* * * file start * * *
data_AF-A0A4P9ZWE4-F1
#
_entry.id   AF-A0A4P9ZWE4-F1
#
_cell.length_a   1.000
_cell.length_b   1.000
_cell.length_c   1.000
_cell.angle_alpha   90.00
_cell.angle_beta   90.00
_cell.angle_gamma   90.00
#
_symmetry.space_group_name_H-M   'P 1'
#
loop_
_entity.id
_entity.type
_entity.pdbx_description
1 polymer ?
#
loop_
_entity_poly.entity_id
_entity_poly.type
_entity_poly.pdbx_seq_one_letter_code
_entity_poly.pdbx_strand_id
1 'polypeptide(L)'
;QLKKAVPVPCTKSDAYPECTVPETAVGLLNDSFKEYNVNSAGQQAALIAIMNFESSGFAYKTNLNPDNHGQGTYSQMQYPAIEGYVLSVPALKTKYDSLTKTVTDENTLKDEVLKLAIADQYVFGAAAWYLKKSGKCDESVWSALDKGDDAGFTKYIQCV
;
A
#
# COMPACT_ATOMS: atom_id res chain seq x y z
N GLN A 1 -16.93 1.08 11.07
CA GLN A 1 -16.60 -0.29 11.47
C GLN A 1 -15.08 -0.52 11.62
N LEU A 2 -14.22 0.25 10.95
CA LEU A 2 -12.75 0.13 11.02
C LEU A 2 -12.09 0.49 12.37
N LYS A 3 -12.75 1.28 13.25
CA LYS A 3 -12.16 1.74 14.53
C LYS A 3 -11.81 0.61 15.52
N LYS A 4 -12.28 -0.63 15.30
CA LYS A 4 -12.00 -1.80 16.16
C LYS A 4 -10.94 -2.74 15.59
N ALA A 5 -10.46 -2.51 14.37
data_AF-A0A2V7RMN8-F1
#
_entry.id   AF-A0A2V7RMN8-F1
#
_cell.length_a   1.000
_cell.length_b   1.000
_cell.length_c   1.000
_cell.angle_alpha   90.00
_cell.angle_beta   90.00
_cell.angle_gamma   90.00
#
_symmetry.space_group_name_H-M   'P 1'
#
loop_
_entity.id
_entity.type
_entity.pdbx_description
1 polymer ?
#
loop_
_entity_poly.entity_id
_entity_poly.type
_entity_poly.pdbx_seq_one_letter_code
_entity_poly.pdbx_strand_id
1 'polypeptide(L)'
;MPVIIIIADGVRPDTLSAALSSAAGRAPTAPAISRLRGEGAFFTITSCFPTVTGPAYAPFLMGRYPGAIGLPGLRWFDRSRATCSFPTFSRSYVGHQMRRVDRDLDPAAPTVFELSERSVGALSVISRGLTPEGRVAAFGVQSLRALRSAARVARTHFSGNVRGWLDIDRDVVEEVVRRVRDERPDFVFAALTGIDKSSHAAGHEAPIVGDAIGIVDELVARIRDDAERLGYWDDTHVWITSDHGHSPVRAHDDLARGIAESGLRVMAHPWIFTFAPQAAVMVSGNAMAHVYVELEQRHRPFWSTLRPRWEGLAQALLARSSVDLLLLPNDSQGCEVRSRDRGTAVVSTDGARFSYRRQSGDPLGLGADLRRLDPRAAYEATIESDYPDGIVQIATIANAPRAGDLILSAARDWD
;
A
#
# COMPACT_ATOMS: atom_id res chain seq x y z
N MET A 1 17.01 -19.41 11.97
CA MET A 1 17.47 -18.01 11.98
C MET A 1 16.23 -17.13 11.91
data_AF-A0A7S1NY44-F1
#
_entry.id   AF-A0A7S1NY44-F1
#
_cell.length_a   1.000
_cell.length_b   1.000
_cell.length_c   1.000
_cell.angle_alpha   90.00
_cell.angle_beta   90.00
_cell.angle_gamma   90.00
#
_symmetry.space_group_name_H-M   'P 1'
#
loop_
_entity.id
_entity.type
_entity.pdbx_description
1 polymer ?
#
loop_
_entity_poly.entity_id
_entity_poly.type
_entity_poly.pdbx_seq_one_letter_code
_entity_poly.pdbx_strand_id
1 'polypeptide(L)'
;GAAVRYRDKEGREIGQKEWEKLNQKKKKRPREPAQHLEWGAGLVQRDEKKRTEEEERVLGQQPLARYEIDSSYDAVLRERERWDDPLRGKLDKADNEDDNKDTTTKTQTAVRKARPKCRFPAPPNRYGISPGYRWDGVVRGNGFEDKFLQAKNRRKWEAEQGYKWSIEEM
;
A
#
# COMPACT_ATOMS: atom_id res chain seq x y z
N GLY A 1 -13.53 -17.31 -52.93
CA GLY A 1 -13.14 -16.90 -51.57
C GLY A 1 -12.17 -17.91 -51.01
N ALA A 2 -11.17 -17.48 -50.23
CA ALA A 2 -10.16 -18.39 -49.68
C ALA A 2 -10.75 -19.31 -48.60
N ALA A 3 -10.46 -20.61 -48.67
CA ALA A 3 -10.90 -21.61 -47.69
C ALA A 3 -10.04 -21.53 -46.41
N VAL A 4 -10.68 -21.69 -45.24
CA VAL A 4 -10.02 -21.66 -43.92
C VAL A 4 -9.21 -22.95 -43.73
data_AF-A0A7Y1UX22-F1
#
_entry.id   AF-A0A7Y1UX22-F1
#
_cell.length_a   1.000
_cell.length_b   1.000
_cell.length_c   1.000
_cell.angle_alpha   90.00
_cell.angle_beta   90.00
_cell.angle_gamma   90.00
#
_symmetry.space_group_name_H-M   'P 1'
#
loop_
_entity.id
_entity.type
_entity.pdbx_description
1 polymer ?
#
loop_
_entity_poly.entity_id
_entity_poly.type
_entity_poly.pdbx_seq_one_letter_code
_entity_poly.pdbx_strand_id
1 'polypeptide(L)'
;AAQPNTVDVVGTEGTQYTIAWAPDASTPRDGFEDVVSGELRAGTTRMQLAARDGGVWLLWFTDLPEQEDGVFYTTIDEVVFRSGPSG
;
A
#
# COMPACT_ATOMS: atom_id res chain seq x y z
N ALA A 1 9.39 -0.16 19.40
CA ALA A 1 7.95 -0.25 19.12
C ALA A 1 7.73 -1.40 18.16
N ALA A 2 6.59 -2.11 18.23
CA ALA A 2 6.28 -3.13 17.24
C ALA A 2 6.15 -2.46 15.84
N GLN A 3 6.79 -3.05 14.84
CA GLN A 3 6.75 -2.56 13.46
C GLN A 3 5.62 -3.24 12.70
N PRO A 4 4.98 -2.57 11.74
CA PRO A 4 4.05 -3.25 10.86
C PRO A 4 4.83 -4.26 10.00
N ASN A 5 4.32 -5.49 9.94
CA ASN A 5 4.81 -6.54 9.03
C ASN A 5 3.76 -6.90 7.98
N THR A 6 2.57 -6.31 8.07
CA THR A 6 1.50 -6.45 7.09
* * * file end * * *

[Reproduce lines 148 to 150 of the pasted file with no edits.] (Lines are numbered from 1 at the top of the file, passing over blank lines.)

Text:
# COMPACT_ATOMS: atom_id res chain seq x y z
N ALA A 1 9.39 -0.16 19.40
CA ALA A 1 7.95 -0.25 19.12